• Use HxD to edit capture files (by Joke Snelders) - lovemytool.com
    In this article I show you how to use a hex editor to edit pcap capture files. You can use Microsoft Calculator in Scientific mode to convert decimal numbers to hexadecimal numbers or, for instance, an online conversion table.
  • Customizing SQLMap to ypass weak input filters – blog.mindedsecurity.com
    SQLMap is the most flexible Sql injection tool I have ever seen: written in python, opensource and fully customizable. Many times during penetration testing activities you will face the need to customize SQLMap. In the following example the tool is not able to extract any data in it’s default configuration since the application is filtering some particular characters.

Vulnerabilities

  • Symantec AMS Intel Alert Handler Design Flaw – foofus.net
    This is a very interesting flaw that I came across in Symantec Antivirus Corporate edition in July 2009 while trying to recreate the XFR.EXE design flaw (CVE-2009-1431). At first I thought this was the same flaw, but while running a serious of test against multiple versions of SAVCE. I realized I had tested it against the latest patched 10.1.8 version of the product and the vulnerability was still there.

Other News

  • Siemens’ SCADA Problem
    SCADA systems — computer systems that control industrial processes — are one of the ways a computer hack can directly affect the real world. Here, the fears multiply. It’s not bad guys deleting your files, or getting your personal information and taking out credit cards in your name; it’s bad guys spewing chemicals into the atmosphere and dumping raw sewage into waterways.

  • OWASP Mobile Top 10 Risks
    The OWASP Mobile Top 10 Risks is an overview of a generic list of the most common risks found in mobile applications. We see these risks in mobile applications every day. When we see them they often show up as vulnerabilities in the applications we are assessing.

  • LinkedIn profiles at hijack risk – scmagazine.com.au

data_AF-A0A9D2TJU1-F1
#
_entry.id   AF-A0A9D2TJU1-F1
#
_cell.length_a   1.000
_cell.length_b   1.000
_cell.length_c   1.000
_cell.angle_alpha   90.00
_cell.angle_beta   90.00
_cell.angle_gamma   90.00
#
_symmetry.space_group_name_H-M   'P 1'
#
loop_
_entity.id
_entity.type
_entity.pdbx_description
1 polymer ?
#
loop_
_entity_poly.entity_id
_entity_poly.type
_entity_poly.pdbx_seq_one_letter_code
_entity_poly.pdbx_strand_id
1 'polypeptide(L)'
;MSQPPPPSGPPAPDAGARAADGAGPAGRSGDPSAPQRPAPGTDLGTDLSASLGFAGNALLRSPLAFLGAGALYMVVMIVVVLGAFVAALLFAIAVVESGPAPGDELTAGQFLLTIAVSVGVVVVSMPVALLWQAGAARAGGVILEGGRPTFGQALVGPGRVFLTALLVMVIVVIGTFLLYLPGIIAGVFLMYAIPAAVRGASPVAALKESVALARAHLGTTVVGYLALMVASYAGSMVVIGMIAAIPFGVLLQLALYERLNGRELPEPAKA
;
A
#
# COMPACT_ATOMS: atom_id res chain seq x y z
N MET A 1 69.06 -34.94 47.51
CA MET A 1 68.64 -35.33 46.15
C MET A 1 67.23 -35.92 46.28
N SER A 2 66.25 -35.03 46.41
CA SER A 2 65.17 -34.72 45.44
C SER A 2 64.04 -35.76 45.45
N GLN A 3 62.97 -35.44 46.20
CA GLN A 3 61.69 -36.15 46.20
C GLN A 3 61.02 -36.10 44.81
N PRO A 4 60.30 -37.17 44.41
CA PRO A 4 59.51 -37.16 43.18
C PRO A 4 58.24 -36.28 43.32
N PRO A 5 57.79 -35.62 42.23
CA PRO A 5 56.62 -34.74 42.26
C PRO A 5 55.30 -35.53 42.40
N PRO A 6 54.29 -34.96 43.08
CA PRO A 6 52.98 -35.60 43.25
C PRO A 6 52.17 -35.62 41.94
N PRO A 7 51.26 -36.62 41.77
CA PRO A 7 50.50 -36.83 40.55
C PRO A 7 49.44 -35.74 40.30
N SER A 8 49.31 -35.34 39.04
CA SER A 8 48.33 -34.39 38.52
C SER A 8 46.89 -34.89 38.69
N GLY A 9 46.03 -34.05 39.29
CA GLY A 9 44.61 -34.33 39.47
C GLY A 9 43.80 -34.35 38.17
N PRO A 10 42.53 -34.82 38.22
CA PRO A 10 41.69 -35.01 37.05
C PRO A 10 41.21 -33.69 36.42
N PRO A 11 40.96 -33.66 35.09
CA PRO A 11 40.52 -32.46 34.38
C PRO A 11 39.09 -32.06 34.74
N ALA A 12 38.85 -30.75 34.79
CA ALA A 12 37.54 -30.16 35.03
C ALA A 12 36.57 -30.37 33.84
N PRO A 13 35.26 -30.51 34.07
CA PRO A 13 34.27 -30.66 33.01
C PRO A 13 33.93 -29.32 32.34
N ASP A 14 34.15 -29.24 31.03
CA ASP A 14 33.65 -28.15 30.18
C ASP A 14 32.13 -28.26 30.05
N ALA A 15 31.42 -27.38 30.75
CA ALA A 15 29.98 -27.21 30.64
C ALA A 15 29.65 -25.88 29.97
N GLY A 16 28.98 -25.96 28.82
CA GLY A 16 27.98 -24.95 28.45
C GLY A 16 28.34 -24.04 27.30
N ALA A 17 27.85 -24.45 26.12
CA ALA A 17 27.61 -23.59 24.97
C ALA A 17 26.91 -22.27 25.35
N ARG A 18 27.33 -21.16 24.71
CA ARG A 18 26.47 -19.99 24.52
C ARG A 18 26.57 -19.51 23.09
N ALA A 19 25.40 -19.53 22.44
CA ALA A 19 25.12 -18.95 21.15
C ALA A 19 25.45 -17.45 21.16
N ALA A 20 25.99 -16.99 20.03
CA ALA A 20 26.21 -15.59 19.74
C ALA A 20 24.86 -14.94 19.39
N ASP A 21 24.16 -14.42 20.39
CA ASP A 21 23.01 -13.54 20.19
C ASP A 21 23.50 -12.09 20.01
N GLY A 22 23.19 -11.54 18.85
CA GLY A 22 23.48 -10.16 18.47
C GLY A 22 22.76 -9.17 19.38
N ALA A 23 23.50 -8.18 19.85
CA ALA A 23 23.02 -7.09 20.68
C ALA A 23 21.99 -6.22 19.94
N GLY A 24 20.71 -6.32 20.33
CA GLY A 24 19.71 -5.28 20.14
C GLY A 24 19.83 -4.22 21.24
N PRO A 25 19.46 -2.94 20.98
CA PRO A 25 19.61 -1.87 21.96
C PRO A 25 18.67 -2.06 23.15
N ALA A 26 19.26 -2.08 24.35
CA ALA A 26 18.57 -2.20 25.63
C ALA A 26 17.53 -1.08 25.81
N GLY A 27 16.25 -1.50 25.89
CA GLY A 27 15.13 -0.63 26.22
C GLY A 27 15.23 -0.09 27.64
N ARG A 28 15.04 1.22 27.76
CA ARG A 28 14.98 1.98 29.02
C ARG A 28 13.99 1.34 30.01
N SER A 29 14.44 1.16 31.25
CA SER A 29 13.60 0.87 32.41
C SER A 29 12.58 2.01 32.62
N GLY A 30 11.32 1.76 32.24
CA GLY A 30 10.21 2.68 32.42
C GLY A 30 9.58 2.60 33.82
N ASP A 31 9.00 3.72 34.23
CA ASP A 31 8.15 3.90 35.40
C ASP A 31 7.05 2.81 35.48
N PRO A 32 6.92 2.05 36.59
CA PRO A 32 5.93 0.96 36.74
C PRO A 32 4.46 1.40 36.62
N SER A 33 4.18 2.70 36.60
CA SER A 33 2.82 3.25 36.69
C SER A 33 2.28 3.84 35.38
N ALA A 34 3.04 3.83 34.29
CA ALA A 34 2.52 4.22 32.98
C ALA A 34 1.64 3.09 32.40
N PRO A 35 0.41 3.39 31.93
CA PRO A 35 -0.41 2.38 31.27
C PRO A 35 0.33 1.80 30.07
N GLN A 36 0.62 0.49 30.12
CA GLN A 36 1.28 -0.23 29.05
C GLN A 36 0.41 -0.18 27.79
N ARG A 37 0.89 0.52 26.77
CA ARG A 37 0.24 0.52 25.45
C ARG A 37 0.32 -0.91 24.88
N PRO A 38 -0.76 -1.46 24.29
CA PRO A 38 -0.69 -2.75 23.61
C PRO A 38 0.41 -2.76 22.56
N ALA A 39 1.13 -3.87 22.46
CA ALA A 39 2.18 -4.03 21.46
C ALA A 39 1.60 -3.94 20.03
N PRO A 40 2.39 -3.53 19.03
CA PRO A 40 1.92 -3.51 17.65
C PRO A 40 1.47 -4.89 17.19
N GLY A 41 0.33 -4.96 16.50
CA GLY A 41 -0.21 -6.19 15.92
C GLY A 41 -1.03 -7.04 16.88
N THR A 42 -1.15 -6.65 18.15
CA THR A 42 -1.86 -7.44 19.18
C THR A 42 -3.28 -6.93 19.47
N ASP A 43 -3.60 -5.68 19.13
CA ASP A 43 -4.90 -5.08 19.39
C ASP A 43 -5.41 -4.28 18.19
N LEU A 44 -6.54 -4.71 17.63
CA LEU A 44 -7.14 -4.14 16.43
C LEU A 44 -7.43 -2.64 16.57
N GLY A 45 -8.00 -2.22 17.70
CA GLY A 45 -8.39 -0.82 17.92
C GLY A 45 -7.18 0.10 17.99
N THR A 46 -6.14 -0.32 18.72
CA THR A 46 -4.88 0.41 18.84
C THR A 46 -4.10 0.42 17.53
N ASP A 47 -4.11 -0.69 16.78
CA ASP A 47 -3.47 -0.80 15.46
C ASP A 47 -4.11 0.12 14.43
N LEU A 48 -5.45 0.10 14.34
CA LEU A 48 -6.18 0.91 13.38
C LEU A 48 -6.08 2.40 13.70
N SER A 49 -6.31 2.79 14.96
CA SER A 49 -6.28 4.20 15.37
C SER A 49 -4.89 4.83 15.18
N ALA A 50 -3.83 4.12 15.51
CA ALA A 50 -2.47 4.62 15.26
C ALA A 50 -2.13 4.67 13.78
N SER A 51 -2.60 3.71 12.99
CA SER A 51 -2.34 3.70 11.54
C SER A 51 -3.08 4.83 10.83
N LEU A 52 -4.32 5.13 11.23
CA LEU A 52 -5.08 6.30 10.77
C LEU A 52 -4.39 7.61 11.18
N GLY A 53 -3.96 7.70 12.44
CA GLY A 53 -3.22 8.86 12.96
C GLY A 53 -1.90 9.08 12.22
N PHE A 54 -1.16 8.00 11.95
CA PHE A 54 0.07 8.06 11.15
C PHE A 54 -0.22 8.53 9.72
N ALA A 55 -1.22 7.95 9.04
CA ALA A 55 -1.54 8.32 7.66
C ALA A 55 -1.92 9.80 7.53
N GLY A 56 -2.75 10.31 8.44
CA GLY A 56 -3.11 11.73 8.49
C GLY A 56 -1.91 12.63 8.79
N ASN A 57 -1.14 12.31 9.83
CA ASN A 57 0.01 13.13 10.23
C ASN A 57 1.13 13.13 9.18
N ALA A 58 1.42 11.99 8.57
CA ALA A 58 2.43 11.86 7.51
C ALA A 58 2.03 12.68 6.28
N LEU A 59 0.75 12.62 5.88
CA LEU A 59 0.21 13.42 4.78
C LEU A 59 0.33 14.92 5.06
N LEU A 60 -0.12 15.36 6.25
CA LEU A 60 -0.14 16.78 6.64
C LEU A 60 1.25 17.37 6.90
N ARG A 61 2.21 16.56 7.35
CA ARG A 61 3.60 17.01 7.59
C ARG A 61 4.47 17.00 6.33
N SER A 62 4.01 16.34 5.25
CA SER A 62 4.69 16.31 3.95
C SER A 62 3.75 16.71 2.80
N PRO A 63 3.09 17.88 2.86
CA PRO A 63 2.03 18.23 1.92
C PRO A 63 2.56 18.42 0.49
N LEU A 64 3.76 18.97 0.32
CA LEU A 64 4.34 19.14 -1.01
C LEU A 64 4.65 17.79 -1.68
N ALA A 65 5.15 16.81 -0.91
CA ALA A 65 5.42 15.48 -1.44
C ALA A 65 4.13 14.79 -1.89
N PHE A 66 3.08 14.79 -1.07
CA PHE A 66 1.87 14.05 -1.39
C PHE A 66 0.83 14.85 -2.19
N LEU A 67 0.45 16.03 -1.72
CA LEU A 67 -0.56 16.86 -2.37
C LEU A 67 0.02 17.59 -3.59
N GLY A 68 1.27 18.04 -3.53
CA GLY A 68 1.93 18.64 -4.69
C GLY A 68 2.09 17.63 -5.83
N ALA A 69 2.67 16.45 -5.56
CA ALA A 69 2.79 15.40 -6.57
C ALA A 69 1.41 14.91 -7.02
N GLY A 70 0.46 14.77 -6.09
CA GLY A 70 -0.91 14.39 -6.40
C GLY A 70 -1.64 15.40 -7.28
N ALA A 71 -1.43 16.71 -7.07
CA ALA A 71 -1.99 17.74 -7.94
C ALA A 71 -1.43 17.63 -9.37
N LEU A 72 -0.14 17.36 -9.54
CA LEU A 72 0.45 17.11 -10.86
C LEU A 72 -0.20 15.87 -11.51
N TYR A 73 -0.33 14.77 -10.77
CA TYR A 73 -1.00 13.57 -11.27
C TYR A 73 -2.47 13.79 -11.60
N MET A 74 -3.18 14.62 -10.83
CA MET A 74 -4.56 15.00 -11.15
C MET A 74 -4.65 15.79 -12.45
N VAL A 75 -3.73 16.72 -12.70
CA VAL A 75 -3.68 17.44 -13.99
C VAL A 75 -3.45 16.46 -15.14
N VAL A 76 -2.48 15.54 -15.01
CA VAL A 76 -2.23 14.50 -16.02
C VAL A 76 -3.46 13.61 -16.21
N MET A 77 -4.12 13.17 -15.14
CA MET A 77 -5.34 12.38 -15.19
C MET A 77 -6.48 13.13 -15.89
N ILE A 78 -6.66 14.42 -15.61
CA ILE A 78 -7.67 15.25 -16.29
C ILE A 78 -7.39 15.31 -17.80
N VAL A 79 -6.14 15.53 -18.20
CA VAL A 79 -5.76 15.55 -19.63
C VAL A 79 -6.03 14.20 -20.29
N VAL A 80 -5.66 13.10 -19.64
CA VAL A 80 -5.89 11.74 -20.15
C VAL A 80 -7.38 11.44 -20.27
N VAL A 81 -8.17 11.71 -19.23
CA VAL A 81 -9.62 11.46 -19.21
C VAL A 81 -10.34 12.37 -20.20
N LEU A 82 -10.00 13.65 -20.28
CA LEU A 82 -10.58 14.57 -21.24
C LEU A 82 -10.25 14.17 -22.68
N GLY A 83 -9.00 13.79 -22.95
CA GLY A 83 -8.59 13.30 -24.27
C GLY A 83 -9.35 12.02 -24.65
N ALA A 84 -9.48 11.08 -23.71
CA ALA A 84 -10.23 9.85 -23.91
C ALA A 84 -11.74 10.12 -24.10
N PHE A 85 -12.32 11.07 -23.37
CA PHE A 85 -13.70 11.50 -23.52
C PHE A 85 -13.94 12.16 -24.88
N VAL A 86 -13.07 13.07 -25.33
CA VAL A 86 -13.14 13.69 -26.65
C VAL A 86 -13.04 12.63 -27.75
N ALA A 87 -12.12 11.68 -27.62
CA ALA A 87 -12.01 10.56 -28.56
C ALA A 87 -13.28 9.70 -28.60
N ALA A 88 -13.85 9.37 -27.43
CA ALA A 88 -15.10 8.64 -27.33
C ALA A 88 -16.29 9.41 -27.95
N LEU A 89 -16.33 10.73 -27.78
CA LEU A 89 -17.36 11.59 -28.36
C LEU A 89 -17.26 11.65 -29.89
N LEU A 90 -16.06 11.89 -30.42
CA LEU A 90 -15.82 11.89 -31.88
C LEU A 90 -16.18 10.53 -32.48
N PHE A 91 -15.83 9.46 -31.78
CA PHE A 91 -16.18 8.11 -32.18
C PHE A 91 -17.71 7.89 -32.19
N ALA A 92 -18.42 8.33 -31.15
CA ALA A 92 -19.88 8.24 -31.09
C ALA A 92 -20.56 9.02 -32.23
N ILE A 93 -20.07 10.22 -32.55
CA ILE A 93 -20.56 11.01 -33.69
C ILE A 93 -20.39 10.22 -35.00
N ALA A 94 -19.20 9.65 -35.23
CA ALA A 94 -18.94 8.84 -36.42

Vulnerabilities in how cookies were handled on LinkedIn profiles laid user profiles at risk of tampering, a security researcher said.
  • LulzSec Leak Sony’s Japanese website Database! – thehackernews.com
    LulzSec Hacking team today Release the Sony’s Japanese website Database dump via their Twitter Account. This is the 9th Attack on Sony. This attack is also using SQL Injection method.
  • A Brief History of Physical Memory Forensics – fasthorizon.blogspot.com
    Lately, we have been doing a lot of work around physical memory forensics. Recently, we released the free, community edition of our Responder™ product and plan to release the fourth generation of our memory analysis engine later this year.
  • Another Comodo SSL Registrar Hacked – h-online.com
    ComodoBR, the Brazilian partner of the Comodo Certificate Authority (CA), appears to have fallen victim to an attack. During the incident, parts of the company’s database, including customer data and submitted certificate requests, were accessed via SQL injection.
  • DHS Publishes Best ICS Vuln Statistics Available – digitalbond.com
    In 2008 DHS issued the first edition of Common Cybersecurity Vulnerabilities in Industrial Control Systems based on 15 ICS security assessments of either products or deployed systems they performed from 2004 to 2008.
  • Security researcher finds ‘cookiejacking’ risk in Internet Explorer – news.cnet.com
    A security researcher in Italy has discovered a flaw in Internet Explorer that he says could enable hackers to steal cookies from a PC and then log onto password-protected Web sites.Referring to the exploit as “cookiejacking,” Rosario Valotta claims that a zero-day vulnerability found in every version of Microsoft’s IE under any version of Windows allows an attacker to hijack any cookie for any Web site.
  • Vendor’s List of Backdoor Accounts Leaked Online – threatpost.com
    An internal document listing the backdoor accounts for switches manufactured by networking equipment vendor Allied Telesis was circulating online Friday, a day after an internal support page providing instructions on accessing hard coded back door accounts in the company’s products was found to be publicly accessible.